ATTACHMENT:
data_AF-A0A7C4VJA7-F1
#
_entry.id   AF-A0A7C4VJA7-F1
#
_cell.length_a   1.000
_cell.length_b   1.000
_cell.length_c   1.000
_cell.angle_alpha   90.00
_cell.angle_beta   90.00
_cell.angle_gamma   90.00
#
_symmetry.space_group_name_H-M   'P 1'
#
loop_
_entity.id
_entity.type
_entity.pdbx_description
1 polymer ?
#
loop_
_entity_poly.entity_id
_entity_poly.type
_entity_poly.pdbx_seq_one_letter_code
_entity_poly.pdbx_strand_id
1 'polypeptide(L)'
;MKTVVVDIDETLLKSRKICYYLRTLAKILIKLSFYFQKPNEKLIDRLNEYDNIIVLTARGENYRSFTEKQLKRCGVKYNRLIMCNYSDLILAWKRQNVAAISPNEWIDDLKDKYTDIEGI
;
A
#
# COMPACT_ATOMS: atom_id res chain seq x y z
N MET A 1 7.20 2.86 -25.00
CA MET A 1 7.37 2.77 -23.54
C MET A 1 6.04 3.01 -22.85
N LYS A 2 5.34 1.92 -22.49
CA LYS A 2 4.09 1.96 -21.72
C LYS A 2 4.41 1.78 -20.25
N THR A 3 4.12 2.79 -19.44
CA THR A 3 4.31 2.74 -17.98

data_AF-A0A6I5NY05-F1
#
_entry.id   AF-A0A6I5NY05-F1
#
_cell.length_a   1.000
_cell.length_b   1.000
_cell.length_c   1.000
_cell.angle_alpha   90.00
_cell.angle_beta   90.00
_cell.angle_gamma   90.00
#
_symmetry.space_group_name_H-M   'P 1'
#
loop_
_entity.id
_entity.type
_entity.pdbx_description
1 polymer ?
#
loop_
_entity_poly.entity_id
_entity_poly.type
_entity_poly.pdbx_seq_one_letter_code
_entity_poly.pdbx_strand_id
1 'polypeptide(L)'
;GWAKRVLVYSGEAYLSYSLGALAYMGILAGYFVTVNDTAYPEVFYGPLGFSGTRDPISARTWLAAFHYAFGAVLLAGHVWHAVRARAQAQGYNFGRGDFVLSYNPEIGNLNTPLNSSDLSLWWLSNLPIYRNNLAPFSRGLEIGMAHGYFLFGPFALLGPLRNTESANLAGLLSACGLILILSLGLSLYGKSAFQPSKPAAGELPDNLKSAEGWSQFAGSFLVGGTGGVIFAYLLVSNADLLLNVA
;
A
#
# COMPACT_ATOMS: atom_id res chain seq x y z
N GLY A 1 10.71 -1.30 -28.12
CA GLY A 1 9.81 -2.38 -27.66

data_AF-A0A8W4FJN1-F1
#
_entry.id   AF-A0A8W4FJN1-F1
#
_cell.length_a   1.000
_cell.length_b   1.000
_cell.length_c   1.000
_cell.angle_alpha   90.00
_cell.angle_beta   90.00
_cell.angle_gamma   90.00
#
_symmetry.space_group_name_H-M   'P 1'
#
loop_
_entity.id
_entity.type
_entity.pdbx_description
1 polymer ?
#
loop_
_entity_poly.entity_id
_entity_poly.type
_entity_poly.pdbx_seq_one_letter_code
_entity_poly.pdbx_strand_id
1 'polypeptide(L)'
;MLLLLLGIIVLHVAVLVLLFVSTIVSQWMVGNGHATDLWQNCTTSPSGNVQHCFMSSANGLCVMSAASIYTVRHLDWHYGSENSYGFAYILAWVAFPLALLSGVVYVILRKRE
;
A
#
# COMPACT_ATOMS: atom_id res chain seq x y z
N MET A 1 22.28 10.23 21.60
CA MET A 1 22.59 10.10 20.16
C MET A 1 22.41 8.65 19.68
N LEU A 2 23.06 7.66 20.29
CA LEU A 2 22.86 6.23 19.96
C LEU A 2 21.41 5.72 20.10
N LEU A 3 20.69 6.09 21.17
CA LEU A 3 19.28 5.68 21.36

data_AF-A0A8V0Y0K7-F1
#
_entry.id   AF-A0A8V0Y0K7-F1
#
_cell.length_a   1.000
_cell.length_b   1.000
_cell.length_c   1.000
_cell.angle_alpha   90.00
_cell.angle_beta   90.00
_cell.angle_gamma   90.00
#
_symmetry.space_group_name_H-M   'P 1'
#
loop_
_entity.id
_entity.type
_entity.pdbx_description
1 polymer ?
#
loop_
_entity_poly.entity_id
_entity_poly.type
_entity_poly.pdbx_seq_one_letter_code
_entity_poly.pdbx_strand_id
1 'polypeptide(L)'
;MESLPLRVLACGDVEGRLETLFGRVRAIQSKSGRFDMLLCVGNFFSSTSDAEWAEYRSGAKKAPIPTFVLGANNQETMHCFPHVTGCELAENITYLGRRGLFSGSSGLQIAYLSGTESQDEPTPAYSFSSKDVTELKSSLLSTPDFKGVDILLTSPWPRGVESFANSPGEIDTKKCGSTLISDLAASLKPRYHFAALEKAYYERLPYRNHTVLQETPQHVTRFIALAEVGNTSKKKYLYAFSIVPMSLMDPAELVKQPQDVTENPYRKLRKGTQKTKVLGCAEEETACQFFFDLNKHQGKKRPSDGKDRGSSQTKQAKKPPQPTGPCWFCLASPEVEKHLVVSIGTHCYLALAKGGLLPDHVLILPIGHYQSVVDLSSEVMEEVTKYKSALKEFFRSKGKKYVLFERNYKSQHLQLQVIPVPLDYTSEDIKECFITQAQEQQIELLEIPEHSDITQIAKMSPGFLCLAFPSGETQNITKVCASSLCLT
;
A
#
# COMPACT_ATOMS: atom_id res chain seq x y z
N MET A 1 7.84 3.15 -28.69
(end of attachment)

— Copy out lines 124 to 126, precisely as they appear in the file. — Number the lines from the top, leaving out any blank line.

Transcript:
_entity.type
_entity.pdbx_description
1 polymer ?